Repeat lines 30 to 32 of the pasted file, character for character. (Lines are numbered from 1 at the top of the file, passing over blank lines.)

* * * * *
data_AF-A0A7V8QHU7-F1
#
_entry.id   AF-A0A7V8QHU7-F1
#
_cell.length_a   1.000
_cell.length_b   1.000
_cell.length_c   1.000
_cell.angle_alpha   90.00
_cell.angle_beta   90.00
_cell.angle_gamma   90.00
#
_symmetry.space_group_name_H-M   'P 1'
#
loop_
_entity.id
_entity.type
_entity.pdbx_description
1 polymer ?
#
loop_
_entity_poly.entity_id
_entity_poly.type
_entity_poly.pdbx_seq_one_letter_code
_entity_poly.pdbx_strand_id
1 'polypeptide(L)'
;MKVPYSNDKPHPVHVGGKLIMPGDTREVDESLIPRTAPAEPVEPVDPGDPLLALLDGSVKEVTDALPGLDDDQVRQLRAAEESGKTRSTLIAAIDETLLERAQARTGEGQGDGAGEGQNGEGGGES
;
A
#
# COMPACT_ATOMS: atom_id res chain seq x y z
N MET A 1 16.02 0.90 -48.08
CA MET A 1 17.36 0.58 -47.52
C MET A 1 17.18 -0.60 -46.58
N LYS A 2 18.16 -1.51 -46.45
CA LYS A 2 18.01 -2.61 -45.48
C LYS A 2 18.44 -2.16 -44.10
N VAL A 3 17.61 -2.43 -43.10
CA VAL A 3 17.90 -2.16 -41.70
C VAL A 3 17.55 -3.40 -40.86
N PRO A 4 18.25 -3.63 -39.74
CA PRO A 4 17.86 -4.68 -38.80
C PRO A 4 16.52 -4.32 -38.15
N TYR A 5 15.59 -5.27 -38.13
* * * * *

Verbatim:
# COMPACT_ATOMS: atom_id res chain seq x y z
N MET A 1 16.02 0.90 -48.08
CA MET A 1 17.36 0.58 -47.52